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DRIVING UNDER THE INFLUENCE

An Arrest for Driving Under the Influence can have serious repercussions for your future. Contact us for a consultation so that we can start defending your rights immediately.

Driving under the influence, or DUI, is a crime that has seen harsher penalties levied in recent years. While most commonly associated with alcohol, DUI charges cover more than that. According to state law in Tennessee, it is unlawful for any person to drive while –

  1. under the influence of any intoxicant, marijuana, narcotic drug, or drug producing stimulating effects on the central nervous system, or

  2. the alcohol concentration in such a person’s blood or breath is eight-hundredths of one percent or more

If either of those criteria are met, DUI charges can be warranted. If you have been charged with a DUI, your potential punishment depends greatly on whether or not this would be your first offense if convicted.

Punishments

Punishments for Driving under the Influence have gotten increasingly tougher over the past few years, making the need for representation more critical than ever. 

  • First Offense

    • Up to 11 months and 29 days ​imprisonment;

    • Mandatory service of 48 hours in custody, modified to 7 days if blood tests indicate an alcohol level of over 0.20%

    • License revocation for one year, with the possibility of a restricted license in some cases

    • Installation of an ignition interlock device for at least one year

    • A fine of at least $350 along with a $100 special assessment

    • Requirement of an alcohol and drug assessment, litter pick up, and ankle monitoring in some cases

  • Second Offense

    • Up to 11 months, 29 days imprisonment

    • Mandatory 45 days in jail

    • License revocation for 2 years with possibility for restricted license in some cases

    • Installation of an Ignition interlock device for a minimum of one year

    • Fine of at least $600 along with a $100 special assessment

    • The court can order an alcohol and drug assessment, litter pick up, and ankle monitoring in some cases. 

    • The court may also order an alcohol treatment program in some cases. 

  • Third Offense:

    • Up to 11 months, 29 days imprisonment

    • Mandatory 120 days in jail

    • License Revocation for a minimum of 6 years; eligible for restricted license in some cases

    • Installation of ignition interlock device  for at least one year

    • Fine of at least $1,100 along with a  $100 special assessment

    • The court can order an alcohol and drug assessment, litter pick up, and ankle monitoring in some cases. 

    • The court may also order an alcohol treatment program in some cases. 

  • Fourth or Fifth Offense

    • Charged as a Class E Felony, punishable by 1 to 6 years imprisonment

    • Mandatory sentence of 150 days

    • License revocation for 8 years with possibility for restricted license in some cases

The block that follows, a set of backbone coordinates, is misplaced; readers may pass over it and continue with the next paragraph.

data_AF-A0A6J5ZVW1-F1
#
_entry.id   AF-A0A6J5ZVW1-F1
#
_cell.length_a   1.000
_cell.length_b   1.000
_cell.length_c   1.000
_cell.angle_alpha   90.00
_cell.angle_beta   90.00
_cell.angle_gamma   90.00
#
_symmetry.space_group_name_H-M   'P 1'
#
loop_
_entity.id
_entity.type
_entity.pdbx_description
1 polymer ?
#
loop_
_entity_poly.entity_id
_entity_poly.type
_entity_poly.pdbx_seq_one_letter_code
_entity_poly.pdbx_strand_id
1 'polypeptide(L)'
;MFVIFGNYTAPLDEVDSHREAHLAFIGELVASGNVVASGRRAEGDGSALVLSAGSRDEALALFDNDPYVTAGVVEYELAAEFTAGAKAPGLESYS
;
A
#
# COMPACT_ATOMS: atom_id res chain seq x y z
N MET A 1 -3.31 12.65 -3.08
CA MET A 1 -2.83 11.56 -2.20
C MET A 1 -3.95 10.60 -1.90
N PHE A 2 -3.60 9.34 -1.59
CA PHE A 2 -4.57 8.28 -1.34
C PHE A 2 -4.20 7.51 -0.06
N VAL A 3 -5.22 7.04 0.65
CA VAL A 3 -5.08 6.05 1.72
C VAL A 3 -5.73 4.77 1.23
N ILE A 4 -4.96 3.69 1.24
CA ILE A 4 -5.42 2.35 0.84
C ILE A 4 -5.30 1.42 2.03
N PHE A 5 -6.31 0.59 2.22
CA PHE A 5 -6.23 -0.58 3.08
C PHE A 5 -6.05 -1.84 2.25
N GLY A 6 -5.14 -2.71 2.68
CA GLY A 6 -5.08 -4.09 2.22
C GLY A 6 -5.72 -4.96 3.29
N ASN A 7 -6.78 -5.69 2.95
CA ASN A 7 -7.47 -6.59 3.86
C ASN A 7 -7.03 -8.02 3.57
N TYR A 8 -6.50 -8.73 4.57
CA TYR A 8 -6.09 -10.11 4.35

• Installation of an Ignition interlock device for a minimum one year

    • Fine of at least $3,000 along with a $100 special assessment

    • The court can order an alcohol and drug assessment, litter pick up, and ankle monitoring in some cases. 

    • The court may also order an alcohol treatment program in some cases. 

  • Sixth or More Offense: ​

    • Charged as a Class C Felony, punishable by  3 to 6 years imprisonment

    • Mandatory sentence of 150 days

    • License revocation for 8 years, with th epossibility for a restricted license in some cases

    • Installation of an ignition interlock device for a minimum of a year.

    • Fine of at least $3,000 along with a $100 special assessment

    • The court can order an alcohol and drug assessment, litter pick up, and ankle monitoring in some cases. 

    • The court may also order an alcohol treatment program in some cases. 

Implied Consent Violation

Pursuant to Tennessee Code Annotated § 55-10-406, any person who drives a motor vehicle in Tennessee is “deemed to have given consent” to a blood-alcohol test.

 

Should a person refuse to take such a test when lawfully requested by a law enforcement officer, no test will be given, but the refusal can form the basis for an Implied Consent Violation.

 

Although not a criminal offense in most cases, the consequences of an Implied Consent Violation can be profound, resulting in license revocation based on any prior incidents. 

 

DUI Stops

While the legislature has worked to increase the punishments for driving under the influence in recent years, the Tennessee Court System has also recently addressed the legal rights of citizens who are stopped for suspicion of DUI. It is critical to seek out an attorney as soon as possible when facing these charges so that we can address if your rights were respected during the stop. 

Generally, citizens should be advised to be polite and compliant with officers requests, however to always exercise your rights against self incrimination when under suspicion of a DUI.